Contributed by Susan Lasky
We are often asked if our ADHD-related coaching, organizing and parenting services are covered by health insurance or are tax deductible.
Always check with your accountant first, but the following information applies to persons with disabilities:
According to the Tax Guide for Parents, published by the Family Resource Center on Disabilities, 2009 Edition http://www.frcd.org,
â€œYou are entitled to deduct asÂ medical expenses the cost of services incurred to alleviate your childâ€™s mental or physical condition:â€
- Payments to unlicensed practitioners if the type and quality of the services are not illegal.
- Treatments for specific conditions recommended by a doctor.
- Tuition and tutoring fees for a learning disabled child by a neurological disorder (Revenue Ruling 78-349, 9/18/78)
- Special instructions or training (Section 213-l/e Internal Revenue Code 1954)
- Remedial reading or language training for a child with dyslexia or other disability (Revenue Ruling 69-607, C.B. 1969-2, 40)
Adults:Â Some of these medical deductions may be claimed as business expenses (instead of medical expenses) if they are related to a disabled personâ€™s business/occupation.
If claimed as business expenses, the deductions are not subject to the 7.5% medical limitation.
It is important to document all of your medical expenses by:
- Keeping careful records of all expenses with receipts, date of expense, etc., for at least three years, for possible auditing purposes.
- Obtaining certification from your doctor that the expense has been made for one or more of the following:Â Diagnosis, cure, alleviation, prevention, treatment, or dysfunction of your childâ€™s mental or physical condition.
Note:Â IRS Publication 502, Medical and Dental Expenses contains more detailed information: http://www.irs.gov/pub/irs-pdf/p502.pdf
Also, according to the IRS Publication 907:Â Tax Highlights for Persons with Disabilities:Â http://www.irs.gov/pub/irs-pdf/p907.pdf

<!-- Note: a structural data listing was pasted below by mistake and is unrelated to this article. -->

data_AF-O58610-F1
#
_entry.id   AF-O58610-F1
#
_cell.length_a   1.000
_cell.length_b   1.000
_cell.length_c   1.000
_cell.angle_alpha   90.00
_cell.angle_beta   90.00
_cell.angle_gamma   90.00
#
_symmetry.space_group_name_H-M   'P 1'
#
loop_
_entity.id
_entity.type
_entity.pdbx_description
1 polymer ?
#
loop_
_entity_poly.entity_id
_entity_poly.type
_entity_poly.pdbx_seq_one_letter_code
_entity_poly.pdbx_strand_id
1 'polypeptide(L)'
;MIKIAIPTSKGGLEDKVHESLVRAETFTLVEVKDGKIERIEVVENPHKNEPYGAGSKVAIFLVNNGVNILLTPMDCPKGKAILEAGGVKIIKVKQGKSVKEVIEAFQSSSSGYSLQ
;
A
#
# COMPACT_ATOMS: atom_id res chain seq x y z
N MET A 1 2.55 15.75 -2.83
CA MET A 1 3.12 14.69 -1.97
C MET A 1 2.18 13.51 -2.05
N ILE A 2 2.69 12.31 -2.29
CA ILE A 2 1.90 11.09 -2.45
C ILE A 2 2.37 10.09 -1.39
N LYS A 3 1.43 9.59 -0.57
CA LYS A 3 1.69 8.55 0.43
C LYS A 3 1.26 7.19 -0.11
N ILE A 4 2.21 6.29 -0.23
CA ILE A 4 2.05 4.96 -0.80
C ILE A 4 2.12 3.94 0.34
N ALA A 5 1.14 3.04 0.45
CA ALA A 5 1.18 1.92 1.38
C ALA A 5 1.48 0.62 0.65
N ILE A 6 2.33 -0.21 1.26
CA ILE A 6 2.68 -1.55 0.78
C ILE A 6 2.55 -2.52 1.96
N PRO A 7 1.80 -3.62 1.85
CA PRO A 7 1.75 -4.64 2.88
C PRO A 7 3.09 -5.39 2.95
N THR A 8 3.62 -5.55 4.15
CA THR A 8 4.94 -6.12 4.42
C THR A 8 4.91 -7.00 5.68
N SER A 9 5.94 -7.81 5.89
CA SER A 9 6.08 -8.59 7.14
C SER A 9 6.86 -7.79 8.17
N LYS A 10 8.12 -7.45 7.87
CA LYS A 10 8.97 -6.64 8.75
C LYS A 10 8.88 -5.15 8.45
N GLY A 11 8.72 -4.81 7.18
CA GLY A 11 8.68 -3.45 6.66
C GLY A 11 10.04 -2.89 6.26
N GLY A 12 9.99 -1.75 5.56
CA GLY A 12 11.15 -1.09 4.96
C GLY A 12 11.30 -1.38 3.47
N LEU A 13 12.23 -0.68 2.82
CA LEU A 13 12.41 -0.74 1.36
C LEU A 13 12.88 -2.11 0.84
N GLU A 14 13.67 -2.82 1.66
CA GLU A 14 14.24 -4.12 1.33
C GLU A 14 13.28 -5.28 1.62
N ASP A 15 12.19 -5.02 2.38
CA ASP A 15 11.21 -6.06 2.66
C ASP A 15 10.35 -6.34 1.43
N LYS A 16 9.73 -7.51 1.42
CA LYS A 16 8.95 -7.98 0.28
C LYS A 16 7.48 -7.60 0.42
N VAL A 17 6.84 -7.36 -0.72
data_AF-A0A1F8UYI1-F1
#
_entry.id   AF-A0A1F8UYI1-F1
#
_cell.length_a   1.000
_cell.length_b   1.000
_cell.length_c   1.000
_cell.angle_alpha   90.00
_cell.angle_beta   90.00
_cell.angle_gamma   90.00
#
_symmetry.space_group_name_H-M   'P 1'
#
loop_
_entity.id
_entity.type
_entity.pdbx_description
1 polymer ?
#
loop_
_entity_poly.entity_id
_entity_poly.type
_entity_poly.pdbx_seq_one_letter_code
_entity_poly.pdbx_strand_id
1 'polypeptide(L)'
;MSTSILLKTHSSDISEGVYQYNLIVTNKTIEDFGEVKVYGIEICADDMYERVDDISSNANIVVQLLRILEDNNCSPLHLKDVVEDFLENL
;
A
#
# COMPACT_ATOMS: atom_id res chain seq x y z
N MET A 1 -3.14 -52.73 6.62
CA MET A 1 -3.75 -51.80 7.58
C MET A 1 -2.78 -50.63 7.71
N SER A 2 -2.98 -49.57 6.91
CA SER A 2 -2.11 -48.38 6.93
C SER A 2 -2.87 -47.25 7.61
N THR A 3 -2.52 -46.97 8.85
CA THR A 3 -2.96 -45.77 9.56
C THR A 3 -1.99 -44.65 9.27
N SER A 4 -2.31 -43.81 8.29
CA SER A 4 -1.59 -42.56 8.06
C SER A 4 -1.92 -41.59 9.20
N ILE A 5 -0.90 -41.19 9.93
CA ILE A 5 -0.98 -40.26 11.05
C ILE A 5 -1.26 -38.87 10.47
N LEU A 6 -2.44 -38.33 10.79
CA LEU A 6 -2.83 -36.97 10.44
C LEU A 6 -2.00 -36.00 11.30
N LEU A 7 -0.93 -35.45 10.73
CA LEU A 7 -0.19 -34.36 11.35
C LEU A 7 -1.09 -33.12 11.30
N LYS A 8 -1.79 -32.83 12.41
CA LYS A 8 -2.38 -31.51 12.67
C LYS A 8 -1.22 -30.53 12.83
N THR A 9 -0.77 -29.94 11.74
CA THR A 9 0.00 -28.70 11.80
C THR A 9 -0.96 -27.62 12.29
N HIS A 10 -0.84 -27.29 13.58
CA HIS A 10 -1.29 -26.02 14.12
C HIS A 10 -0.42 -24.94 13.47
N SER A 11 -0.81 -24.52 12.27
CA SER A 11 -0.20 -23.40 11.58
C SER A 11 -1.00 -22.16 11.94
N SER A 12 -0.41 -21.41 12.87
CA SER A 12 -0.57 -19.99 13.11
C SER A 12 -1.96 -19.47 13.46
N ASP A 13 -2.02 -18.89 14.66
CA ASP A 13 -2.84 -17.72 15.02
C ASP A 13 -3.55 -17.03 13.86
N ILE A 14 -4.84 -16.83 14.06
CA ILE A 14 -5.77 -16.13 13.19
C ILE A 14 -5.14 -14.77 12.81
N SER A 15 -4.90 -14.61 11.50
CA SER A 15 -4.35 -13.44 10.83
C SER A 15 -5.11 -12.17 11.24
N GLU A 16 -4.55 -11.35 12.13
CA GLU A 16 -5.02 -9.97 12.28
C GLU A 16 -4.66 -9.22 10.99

Impairment-Related Work Expenses
If you are disabled, you can take a business deduction for expenses that are necessary for you to be able to work.
If you take a business deduction for these impairment-related work expenses, they are not subject to the
7.5% limit that applies to medical expenses.
You are disabled if you have:
Â· A physical or mental disability (for example, blindness or deafness) that functionally limits your being employed, or
Â· A physical or mental impairment (including, but not limited to, a sight or hearing impairment) that substantially limits one or more of your major life activities,
such as performing manual tasks, walking, speaking, breathing,Â learning, or working.
Impairment-related expenses defined. Impairment-related expenses are those ordinary and necessary business expenses that are:
Â· Necessary for you to do your work satisfactorily,
Â· For goods and services not required or used, other than incidentally, in your personal activities, and
Â· Not specifically covered under other income tax laws.
From theÂ article : “According to the Tax Guide for Parents,” published by the Family Resource Center on Disabilities. Â
Susan Lasky is aÂ both Board Certified and Senior Certified ADHD Coach.
To contact the author:Â email@example.com
ADD and ADHD are used interchangeably for Attention-Deficit/Hyperactivity Disorder.
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